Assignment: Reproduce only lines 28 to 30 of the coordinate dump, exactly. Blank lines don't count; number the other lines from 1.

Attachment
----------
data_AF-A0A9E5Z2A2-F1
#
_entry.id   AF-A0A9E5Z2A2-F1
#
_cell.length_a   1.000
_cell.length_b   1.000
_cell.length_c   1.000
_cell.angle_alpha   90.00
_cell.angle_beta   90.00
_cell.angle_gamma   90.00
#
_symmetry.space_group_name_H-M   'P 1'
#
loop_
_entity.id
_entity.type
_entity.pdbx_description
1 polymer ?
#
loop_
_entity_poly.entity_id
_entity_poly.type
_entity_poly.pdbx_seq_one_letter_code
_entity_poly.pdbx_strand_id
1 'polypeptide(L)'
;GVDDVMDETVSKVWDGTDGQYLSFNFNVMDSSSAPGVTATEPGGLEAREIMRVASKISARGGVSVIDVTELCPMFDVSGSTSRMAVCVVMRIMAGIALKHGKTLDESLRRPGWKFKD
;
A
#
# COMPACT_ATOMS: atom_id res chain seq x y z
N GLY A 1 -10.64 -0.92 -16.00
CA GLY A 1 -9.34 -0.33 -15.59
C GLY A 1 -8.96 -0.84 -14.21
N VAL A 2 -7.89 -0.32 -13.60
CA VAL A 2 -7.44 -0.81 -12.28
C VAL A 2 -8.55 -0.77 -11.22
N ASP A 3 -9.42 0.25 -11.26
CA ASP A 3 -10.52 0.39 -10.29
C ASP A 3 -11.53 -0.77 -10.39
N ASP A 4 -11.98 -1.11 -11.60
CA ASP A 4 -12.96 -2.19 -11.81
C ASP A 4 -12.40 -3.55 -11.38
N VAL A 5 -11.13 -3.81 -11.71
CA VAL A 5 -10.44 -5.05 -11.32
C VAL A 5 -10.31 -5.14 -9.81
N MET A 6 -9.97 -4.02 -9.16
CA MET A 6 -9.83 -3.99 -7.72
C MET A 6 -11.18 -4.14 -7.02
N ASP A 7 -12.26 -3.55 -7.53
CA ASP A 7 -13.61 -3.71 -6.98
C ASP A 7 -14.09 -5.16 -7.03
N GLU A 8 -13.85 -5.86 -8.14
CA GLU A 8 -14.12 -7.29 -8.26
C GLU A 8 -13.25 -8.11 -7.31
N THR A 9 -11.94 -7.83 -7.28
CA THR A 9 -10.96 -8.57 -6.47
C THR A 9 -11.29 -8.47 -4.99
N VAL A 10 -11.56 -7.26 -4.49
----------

A
#
# COMPACT_ATOMS: atom_id res chain seq x y z